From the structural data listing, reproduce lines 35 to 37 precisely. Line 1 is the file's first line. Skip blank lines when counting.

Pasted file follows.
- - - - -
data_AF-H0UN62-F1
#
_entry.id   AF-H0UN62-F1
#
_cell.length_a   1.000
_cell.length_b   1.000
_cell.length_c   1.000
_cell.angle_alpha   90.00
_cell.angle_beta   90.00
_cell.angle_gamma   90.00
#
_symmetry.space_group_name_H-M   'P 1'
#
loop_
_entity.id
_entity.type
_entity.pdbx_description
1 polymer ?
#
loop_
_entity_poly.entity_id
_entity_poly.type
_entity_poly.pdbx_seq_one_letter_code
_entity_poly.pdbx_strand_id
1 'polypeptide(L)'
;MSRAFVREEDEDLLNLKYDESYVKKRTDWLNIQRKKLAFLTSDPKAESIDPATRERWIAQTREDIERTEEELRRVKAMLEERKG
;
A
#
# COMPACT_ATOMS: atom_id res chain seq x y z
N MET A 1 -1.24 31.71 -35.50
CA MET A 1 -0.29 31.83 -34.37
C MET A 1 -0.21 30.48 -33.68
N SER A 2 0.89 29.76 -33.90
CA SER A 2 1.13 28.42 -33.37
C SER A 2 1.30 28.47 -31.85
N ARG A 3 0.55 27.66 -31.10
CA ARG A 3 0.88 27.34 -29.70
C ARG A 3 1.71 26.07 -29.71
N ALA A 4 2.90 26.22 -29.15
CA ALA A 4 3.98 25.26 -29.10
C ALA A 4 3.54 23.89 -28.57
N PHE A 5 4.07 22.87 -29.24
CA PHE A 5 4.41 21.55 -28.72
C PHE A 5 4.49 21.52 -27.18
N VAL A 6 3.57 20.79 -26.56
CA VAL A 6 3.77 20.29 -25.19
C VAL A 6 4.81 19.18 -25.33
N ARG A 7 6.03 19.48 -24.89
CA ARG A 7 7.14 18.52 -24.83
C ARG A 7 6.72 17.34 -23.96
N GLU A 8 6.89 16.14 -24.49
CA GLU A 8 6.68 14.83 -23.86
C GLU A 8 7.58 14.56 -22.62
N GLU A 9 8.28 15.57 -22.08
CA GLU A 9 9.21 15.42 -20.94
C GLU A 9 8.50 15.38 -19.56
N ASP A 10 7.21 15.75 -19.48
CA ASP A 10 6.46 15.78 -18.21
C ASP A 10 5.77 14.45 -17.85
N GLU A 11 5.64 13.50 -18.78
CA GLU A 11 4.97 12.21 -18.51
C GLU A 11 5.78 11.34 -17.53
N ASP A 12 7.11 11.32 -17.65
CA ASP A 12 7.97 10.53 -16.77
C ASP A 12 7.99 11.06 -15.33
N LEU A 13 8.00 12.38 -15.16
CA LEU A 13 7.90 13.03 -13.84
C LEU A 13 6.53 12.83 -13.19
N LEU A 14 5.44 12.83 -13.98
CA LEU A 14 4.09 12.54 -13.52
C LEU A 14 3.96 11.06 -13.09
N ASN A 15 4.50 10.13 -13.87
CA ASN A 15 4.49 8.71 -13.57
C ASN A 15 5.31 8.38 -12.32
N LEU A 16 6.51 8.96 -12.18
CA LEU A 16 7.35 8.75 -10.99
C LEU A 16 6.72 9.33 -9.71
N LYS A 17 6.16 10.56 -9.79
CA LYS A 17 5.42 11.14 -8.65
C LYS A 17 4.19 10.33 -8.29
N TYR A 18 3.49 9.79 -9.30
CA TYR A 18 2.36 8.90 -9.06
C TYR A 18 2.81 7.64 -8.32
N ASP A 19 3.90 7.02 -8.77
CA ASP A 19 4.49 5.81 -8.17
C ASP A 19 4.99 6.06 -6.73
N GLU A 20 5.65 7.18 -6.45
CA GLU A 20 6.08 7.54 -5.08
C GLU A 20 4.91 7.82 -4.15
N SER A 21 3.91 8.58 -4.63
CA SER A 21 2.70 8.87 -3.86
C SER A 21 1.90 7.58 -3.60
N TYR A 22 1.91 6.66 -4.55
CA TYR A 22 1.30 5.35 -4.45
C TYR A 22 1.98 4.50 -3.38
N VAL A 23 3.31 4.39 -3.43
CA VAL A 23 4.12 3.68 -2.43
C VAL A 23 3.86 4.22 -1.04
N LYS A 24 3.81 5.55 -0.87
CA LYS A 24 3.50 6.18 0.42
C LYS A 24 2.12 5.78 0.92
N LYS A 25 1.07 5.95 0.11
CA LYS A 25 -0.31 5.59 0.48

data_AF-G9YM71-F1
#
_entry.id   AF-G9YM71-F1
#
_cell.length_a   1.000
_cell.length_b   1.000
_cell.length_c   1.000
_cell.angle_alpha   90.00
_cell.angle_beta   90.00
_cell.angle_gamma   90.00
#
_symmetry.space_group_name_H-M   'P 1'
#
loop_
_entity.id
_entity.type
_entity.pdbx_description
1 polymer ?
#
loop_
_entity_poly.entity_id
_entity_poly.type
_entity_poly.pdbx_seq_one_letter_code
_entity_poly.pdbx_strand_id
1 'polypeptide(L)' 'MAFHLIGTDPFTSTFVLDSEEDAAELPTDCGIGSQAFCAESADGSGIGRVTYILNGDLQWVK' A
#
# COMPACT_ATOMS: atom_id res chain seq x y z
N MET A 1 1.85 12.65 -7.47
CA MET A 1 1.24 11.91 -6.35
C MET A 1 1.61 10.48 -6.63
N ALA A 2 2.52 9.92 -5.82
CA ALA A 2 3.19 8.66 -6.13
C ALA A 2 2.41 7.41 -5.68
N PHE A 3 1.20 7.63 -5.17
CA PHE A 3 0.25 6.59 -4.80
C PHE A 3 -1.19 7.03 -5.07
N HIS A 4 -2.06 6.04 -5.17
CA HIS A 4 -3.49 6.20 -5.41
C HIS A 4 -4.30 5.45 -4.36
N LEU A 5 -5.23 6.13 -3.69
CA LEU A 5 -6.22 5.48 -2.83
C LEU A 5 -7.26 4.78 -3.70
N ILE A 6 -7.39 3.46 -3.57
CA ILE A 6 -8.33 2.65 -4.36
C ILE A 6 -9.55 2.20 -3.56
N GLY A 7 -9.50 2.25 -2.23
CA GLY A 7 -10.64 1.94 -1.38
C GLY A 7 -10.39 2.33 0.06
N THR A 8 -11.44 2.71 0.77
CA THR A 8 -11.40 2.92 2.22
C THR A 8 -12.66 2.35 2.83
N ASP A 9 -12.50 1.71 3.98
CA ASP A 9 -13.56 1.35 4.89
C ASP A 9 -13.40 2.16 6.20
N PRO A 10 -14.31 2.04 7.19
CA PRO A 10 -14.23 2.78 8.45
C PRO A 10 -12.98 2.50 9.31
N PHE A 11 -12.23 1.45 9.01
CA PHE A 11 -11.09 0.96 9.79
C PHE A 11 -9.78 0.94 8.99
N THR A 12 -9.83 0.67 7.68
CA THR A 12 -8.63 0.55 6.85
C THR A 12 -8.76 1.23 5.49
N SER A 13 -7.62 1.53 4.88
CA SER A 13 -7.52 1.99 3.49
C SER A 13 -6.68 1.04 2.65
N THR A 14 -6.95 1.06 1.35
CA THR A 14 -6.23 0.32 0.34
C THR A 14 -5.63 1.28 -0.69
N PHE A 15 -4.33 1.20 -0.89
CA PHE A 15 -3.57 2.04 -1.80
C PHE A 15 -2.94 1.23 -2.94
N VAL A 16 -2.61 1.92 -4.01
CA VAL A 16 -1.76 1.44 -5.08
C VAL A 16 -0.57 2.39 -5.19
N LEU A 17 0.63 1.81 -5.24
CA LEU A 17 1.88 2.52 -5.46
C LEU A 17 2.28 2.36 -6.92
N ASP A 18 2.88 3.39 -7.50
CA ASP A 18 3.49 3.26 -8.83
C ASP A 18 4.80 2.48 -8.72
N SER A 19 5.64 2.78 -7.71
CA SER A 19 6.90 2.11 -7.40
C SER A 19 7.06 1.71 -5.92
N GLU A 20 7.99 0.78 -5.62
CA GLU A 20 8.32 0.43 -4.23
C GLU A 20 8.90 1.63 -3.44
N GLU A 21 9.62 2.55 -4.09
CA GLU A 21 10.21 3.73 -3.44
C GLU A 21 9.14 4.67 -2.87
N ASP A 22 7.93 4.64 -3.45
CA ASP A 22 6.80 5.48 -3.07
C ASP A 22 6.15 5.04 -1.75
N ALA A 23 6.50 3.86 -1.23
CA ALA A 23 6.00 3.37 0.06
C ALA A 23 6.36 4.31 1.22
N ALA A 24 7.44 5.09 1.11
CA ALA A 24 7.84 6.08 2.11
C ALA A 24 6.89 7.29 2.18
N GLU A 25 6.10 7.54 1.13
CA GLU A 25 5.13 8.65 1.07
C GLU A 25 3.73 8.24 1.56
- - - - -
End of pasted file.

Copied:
CA SER A 2 1.13 28.42 -33.37
C SER A 2 1.30 28.47 -31.85
N ARG A 3 0.55 27.66 -31.10